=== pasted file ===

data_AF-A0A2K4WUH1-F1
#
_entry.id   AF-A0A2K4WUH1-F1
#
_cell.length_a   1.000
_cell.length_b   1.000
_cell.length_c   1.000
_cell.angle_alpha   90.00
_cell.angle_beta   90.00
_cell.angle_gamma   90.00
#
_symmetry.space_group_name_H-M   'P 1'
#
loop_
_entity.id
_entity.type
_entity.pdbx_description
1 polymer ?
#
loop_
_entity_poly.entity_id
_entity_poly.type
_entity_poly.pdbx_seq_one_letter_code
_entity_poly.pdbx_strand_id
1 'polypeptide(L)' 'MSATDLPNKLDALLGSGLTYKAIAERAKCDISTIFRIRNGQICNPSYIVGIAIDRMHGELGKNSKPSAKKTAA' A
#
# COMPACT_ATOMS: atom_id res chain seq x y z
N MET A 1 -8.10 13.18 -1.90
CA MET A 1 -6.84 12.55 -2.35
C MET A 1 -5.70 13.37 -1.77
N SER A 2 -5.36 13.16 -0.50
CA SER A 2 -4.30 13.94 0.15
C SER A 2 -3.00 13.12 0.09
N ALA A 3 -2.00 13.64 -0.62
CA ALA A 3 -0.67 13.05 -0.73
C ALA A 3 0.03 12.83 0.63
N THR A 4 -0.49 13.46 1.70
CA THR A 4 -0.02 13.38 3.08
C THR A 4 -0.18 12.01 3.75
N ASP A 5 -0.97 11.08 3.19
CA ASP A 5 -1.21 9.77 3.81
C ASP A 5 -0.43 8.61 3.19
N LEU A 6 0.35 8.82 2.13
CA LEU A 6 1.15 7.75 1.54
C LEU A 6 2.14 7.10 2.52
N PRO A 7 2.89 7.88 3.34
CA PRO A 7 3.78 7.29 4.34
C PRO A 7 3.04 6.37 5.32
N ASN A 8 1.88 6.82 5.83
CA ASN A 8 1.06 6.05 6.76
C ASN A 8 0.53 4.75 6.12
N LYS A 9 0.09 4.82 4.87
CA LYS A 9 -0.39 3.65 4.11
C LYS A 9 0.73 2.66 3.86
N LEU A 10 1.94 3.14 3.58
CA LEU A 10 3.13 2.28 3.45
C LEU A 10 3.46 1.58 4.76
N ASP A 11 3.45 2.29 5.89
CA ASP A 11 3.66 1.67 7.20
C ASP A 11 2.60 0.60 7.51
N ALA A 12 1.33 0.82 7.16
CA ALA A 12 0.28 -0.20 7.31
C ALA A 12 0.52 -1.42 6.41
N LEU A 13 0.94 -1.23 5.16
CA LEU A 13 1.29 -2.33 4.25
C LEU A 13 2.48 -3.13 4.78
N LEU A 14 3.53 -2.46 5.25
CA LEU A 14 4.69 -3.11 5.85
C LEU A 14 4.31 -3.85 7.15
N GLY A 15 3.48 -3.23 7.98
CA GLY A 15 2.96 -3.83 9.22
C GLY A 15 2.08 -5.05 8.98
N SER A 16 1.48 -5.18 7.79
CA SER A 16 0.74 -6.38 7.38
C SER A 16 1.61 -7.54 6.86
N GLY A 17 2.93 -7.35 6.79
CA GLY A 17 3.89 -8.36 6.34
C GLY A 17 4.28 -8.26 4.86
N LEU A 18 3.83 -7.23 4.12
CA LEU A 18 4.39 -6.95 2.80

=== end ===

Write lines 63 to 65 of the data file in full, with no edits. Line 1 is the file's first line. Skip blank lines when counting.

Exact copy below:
C ALA A 12 0.52 -1.42 6.41
N LEU A 13 0.94 -1.23 5.16
CA LEU A 13 1.29 -2.33 4.25